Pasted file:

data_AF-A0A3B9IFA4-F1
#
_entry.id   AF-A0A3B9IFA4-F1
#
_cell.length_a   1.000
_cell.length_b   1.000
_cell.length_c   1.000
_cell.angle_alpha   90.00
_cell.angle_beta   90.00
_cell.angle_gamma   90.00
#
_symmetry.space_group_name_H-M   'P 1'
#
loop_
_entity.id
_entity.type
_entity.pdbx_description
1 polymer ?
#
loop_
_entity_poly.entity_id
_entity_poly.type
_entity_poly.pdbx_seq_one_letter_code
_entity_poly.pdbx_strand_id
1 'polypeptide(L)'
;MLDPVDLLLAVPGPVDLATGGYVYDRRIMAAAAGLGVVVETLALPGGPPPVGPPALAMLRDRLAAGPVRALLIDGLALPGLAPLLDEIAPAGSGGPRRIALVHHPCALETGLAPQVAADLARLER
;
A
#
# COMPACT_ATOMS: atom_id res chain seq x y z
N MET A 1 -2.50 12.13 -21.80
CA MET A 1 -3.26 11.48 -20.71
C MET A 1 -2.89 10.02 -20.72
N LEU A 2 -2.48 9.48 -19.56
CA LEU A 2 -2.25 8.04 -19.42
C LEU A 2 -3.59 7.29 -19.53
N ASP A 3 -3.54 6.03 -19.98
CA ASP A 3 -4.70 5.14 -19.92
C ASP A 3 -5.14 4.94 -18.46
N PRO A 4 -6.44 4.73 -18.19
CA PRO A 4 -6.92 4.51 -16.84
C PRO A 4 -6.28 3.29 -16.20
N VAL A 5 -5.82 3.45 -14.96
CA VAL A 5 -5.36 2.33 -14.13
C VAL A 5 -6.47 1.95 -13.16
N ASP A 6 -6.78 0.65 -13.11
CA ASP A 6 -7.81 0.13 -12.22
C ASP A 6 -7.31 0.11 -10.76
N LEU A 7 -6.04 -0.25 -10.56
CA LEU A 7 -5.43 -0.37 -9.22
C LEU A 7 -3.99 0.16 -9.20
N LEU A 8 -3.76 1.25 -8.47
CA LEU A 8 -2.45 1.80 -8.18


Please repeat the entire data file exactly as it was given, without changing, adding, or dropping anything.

data_AF-A0A3B9IFA4-F1
#
_entry.id   AF-A0A3B9IFA4-F1
#
_cell.length_a   1.000
_cell.length_b   1.000
_cell.length_c   1.000
_cell.angle_alpha   90.00
_cell.angle_beta   90.00
_cell.angle_gamma   90.00
#
_symmetry.space_group_name_H-M   'P 1'
#
loop_
_entity.id
_entity.type
_entity.pdbx_description
1 polymer ?
#
loop_
_entity_poly.entity_id
_entity_poly.type
_entity_poly.pdbx_seq_one_letter_code
_entity_poly.pdbx_strand_id
1 'polypeptide(L)'
;MLDPVDLLLAVPGPVDLATGGYVYDRRIMAAAAGLGVVVETLALPGGPPPVGPPALAMLRDRLAAGPVRALLIDGLALPGLAPLLDEIAPAGSGGPRRIALVHHPCALETGLAPQVAADLARLER
;
A
#
# COMPACT_ATOMS: atom_id res chain seq x y z
N MET A 1 -2.50 12.13 -21.80
CA MET A 1 -3.26 11.48 -20.71
C MET A 1 -2.89 10.02 -20.72
N LEU A 2 -2.48 9.48 -19.56
CA LEU A 2 -2.25 8.04 -19.42
C LEU A 2 -3.59 7.29 -19.53
N ASP A 3 -3.54 6.03 -19.98
CA ASP A 3 -4.70 5.14 -19.92
C ASP A 3 -5.14 4.94 -18.46
N PRO A 4 -6.44 4.73 -18.19
CA PRO A 4 -6.92 4.51 -16.84
C PRO A 4 -6.28 3.29 -16.20
N VAL A 5 -5.82 3.45 -14.96
CA VAL A 5 -5.36 2.33 -14.13
C VAL A 5 -6.47 1.95 -13.16
N ASP A 6 -6.78 0.65 -13.11
CA ASP A 6 -7.81 0.13 -12.22
C ASP A 6 -7.31 0.11 -10.76
N LEU A 7 -6.04 -0.25 -10.56
CA LEU A 7 -5.43 -0.37 -9.22
C LEU A 7 -3.99 0.16 -9.20
N LEU A 8 -3.76 1.25 -8.47
CA LEU A 8 -2.45 1.80 -8.18